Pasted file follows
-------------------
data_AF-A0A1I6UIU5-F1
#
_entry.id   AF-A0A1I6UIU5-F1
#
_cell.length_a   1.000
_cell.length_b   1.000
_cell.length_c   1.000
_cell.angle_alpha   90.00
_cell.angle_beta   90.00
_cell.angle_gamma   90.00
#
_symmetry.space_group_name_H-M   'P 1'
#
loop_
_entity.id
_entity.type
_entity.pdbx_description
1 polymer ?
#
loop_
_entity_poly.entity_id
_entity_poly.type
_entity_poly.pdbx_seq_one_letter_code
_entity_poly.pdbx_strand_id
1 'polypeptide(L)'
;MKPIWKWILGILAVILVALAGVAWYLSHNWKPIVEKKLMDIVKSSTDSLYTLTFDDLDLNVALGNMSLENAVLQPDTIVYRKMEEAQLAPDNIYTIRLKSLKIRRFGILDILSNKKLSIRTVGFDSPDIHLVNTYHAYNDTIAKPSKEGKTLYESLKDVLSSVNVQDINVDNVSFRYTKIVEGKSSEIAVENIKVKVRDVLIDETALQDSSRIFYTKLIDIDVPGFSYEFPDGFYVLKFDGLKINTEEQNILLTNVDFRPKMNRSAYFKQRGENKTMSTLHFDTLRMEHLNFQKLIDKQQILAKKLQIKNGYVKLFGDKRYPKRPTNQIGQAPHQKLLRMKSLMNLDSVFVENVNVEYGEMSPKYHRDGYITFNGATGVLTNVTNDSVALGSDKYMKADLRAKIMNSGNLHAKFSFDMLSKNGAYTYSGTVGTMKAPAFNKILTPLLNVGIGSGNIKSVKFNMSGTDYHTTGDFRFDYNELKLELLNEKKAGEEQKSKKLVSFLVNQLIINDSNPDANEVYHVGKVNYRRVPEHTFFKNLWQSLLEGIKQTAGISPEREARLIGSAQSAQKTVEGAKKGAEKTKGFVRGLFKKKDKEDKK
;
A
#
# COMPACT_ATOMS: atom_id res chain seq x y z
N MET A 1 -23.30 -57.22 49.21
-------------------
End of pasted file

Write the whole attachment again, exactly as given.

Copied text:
data_AF-A0A1I6UIU5-F1
#
_entry.id   AF-A0A1I6UIU5-F1
#
_cell.length_a   1.000
_cell.length_b   1.000
_cell.length_c   1.000
_cell.angle_alpha   90.00
_cell.angle_beta   90.00
_cell.angle_gamma   90.00
#
_symmetry.space_group_name_H-M   'P 1'
#
loop_
_entity.id
_entity.type
_entity.pdbx_description
1 polymer ?
#
loop_
_entity_poly.entity_id
_entity_poly.type
_entity_poly.pdbx_seq_one_letter_code
_entity_poly.pdbx_strand_id
1 'polypeptide(L)'
;MKPIWKWILGILAVILVALAGVAWYLSHNWKPIVEKKLMDIVKSSTDSLYTLTFDDLDLNVALGNMSLENAVLQPDTIVYRKMEEAQLAPDNIYTIRLKSLKIRRFGILDILSNKKLSIRTVGFDSPDIHLVNTYHAYNDTIAKPSKEGKTLYESLKDVLSSVNVQDINVDNVSFRYTKIVEGKSSEIAVENIKVKVRDVLIDETALQDSSRIFYTKLIDIDVPGFSYEFPDGFYVLKFDGLKINTEEQNILLTNVDFRPKMNRSAYFKQRGENKTMSTLHFDTLRMEHLNFQKLIDKQQILAKKLQIKNGYVKLFGDKRYPKRPTNQIGQAPHQKLLRMKSLMNLDSVFVENVNVEYGEMSPKYHRDGYITFNGATGVLTNVTNDSVALGSDKYMKADLRAKIMNSGNLHAKFSFDMLSKNGAYTYSGTVGTMKAPAFNKILTPLLNVGIGSGNIKSVKFNMSGTDYHTTGDFRFDYNELKLELLNEKKAGEEQKSKKLVSFLVNQLIINDSNPDANEVYHVGKVNYRRVPEHTFFKNLWQSLLEGIKQTAGISPEREARLIGSAQSAQKTVEGAKKGAEKTKGFVRGLFKKKDKEDKK
;
A
#
# COMPACT_ATOMS: atom_id res chain seq x y z
N MET A 1 -23.30 -57.22 49.21